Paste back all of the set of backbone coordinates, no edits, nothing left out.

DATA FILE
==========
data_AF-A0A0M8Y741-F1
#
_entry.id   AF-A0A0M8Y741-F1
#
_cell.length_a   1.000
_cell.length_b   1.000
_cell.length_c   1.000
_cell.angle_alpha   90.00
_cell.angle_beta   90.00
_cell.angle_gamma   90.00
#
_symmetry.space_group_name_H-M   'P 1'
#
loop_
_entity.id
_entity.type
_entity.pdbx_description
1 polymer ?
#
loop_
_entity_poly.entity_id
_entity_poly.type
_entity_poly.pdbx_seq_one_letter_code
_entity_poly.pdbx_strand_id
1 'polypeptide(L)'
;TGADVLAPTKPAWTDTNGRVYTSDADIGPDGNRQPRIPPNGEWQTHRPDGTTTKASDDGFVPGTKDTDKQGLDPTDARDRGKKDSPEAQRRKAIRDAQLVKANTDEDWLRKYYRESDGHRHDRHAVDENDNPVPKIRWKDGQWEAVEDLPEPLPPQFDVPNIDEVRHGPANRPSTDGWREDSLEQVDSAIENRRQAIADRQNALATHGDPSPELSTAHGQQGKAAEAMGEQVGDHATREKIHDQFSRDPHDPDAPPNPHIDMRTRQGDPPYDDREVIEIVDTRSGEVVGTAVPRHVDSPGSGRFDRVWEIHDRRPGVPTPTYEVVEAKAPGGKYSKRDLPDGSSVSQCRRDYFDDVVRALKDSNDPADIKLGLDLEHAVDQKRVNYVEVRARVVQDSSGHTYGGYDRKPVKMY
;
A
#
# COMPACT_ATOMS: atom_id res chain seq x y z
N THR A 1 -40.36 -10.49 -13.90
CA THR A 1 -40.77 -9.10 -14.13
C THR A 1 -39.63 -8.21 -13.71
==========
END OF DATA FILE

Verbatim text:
data_AF-A0A0M8Y741-F1
#
_entry.id   AF-A0A0M8Y741-F1
#
_cell.length_a   1.000
_cell.length_b   1.000
_cell.length_c   1.000
_cell.angle_alpha   90.00
_cell.angle_beta   90.00
_cell.angle_gamma   90.00
#
_symmetry.space_group_name_H-M   'P 1'
#
loop_
_entity.id
_entity.type
_entity.pdbx_description
1 polymer ?
#
loop_
_entity_poly.entity_id
_entity_poly.type
_entity_poly.pdbx_seq_one_letter_code
_entity_poly.pdbx_strand_id
1 'polypeptide(L)'
;TGADVLAPTKPAWTDTNGRVYTSDADIGPDGNRQPRIPPNGEWQTHRPDGTTTKASDDGFVPGTKDTDKQGLDPTDARDRGKKDSPEAQRRKAIRDAQLVKANTDEDWLRKYYRESDGHRHDRHAVDENDNPVPKIRWKDGQWEAVEDLPEPLPPQFDVPNIDEVRHGPANRPSTDGWREDSLEQVDSAIENRRQAIADRQNALATHGDPSPELSTAHGQQGKAAEAMGEQVGDHATREKIHDQFSRDPHDPDAPPNPHIDMRTRQGDPPYDDREVIEIVDTRSGEVVGTAVPRHVDSPGSGRFDRVWEIHDRRPGVPTPTYEVVEAKAPGGKYSKRDLPDGSSVSQCRRDYFDDVVRALKDSNDPADIKLGLDLEHAVDQKRVNYVEVRARVVQDSSGHTYGGYDRKPVKMY
;
A
#
# COMPACT_ATOMS: atom_id res chain seq x y z
N THR A 1 -40.36 -10.49 -13.90
CA THR A 1 -40.77 -9.10 -14.13
C THR A 1 -39.63 -8.21 -13.71